Something apt from Dover Beach

Ian McEwan has just come out against Islamism*, as he calls it. I’m not sure what distinguishes Islamism from Islam, other than the generally derogatory aura created by the suffix ‘ism’, but that’s by-the-by. He’s quoted as saying: “I myself despise Islamism, because it wants to create a society that I detest, based on religious belief, on a text, on lack of freedom for women, intolerance towards homosexuality and so on – we know it well.” Absolutely, Ian, and I couldn’t agree more.

I read about these comments in today’s Independent on Sunday, which also contains a list of the 101 most influential gay people in Britain. Thirty years ago, it would have been hard to find ten, and they’d have been artists or in show business (I’m thinking Danny La Rue). The list certainly wouldn’t have included business executives, rabbis, EU commissioners, rugby union referees or senior policemen. Coincidentally, the IoS reports that, in Saudi Arabia, 21 young men have just been arrested for the sin of homosexuality. They were rounded up in Qatif last Friday by the religious police, not a force that would have welcomed Brian Paddick with open arms, one imagines, who operate under the aegis of something called the Commission for the Propagation of Virtue and the Prevention of Vice, a typically grandiose name for the usual befrocked gang of bigoted thugs that tend to run these things. The young men arrested can expect to be flogged or worse. Maybe they should seek asylum in an allied state.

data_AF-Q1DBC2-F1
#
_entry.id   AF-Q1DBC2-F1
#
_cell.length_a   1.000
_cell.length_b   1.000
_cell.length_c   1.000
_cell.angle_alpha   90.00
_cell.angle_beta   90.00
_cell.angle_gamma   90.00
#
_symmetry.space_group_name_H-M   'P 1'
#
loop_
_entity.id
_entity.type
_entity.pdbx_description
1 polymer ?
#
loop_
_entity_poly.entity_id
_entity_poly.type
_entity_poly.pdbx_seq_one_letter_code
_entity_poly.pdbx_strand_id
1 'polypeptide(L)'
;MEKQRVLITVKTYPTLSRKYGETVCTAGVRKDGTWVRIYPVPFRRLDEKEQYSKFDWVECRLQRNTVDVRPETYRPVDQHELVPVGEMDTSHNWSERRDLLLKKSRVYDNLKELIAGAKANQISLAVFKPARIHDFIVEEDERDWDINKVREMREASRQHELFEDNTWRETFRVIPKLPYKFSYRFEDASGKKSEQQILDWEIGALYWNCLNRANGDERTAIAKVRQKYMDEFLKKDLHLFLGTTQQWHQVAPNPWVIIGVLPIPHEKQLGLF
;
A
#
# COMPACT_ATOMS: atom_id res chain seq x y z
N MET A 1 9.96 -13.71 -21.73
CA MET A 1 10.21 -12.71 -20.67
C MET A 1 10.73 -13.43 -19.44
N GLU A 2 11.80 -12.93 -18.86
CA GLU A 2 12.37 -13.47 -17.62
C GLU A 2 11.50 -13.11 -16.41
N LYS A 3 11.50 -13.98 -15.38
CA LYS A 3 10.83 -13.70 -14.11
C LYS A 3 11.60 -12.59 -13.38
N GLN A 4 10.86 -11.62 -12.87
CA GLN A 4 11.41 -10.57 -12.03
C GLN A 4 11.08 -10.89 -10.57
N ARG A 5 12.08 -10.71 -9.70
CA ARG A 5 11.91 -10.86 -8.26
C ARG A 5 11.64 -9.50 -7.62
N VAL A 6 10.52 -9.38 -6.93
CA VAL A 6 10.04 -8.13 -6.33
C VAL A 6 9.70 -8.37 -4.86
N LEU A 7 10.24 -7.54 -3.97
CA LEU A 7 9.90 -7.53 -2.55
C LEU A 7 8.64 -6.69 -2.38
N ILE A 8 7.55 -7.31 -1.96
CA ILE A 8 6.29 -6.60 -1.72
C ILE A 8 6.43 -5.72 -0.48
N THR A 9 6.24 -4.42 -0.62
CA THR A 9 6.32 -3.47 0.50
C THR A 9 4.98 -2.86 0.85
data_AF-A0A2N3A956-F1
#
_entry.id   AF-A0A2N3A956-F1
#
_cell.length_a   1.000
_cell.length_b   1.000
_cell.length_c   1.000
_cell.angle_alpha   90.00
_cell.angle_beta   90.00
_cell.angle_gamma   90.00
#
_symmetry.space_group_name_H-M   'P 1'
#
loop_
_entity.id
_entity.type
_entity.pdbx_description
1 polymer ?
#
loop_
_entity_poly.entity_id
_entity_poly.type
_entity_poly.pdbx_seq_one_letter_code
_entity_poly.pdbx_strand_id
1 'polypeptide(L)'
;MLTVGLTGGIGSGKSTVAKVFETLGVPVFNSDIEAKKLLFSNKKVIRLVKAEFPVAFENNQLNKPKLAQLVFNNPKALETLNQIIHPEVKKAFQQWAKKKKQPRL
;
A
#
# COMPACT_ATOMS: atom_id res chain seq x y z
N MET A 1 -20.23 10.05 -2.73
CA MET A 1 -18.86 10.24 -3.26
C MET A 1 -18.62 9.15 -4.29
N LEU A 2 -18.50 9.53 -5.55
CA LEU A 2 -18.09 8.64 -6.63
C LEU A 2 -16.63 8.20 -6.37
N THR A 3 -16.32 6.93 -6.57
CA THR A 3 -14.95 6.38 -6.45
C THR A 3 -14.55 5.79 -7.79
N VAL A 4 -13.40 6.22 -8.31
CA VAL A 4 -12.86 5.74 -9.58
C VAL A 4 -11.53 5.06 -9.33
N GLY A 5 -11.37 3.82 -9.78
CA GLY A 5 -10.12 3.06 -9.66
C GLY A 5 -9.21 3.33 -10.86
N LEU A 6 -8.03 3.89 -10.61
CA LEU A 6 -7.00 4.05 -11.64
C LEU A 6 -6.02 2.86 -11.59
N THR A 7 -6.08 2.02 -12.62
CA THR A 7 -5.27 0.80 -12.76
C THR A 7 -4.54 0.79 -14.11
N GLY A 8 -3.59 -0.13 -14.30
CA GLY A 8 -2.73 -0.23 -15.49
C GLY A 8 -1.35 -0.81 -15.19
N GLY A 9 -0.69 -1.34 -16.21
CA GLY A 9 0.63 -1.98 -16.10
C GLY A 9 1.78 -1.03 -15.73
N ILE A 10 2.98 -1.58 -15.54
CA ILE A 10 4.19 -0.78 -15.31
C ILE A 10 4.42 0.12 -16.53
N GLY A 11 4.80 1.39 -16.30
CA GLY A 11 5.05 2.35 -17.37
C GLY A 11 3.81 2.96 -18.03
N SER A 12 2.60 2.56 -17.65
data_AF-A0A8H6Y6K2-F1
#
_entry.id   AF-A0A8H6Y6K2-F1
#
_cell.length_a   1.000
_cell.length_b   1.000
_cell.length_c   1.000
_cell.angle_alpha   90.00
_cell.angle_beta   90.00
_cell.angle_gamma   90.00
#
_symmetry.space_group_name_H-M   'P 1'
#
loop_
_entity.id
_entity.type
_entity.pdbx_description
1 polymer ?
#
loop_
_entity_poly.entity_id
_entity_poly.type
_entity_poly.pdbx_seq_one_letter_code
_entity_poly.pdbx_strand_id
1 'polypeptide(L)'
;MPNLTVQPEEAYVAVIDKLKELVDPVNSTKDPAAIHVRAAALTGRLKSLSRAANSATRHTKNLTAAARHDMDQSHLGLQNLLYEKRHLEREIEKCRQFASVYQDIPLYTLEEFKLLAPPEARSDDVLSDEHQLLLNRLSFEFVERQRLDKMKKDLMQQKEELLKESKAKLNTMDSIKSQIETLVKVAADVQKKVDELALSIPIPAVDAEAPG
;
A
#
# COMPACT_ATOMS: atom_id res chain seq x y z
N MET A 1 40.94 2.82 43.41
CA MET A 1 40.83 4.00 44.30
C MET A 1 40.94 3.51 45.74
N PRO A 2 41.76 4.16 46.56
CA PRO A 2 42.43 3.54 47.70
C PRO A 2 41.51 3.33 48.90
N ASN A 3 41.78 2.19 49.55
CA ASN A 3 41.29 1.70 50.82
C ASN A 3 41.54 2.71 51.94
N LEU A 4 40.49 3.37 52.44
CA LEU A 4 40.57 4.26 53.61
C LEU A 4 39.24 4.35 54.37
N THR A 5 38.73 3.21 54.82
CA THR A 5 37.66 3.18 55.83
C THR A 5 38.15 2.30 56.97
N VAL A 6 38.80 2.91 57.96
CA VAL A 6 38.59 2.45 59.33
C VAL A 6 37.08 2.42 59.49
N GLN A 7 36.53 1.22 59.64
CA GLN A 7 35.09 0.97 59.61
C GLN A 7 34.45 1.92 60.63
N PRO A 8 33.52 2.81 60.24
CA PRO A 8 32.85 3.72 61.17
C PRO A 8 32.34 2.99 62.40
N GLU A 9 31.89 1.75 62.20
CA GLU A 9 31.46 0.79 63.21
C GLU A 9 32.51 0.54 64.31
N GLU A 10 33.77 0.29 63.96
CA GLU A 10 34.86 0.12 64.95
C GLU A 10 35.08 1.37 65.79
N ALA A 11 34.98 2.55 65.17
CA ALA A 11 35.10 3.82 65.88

What I can’t understand is why the IoS should consider McEwan’s views to be an ‘astonishingly strong attack’. In a country which still pays lip service to ideas of sexual equality, freedom of speech, recognition of gay rights, rational argument rather than revealed truth, etc. they seem to me to be astonishingly mild. If this is ‘hate speech’, it would be interesting to know in what way the crime distinguishes itself from the surely licit act of uttering a list of simple truths expressed in objective terms. Would any Muslim argue that Islam isn’t based on religious belief, on a text, on lack of freedom for women, intolerance towards homosexuality, but on the opposite of these things – moral relativism, empirical observation, equality for all regardless of sex and sexual orientation? Wouldn’t that be seen as apostasy?

Maybe it’s just because McEwan prefaced the list with the verb ‘detest’. So ‘hate crime’ is nothing more than a statement of fact preceded by the word ‘I’ and a synonym of ‘hate’? In that case, we’re all in the shit. What about if I announce that I’m not that keen on people from the land of Nokia. Would the Finnish ambassador have a case against me?

Ian McEwan may be a public figure, but he hasn’t been elected, doesn’t depend on public money and represents no one but himself. He certainly wouldn’t defend himself by claiming to represent the word of God – unlike, say, homophobic MP Iris Robinson, who seems to have forgotten that ten percent of her constituents may not appreciate being called loathsome. Oh sorry, Iris. Love the sinner, hate the sin. Tell that to Robinson’s cronies in Saudi.

*The quotes come from an interview given to the Italian Corriere della Sera, so this may be a trans-language hiccup.

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This entry was posted in homophobia, ian mcewan, iris robinson, islam. Bookmark the permalink.

5 Responses to Something apt from Dover Beach

  1. David Isaak says: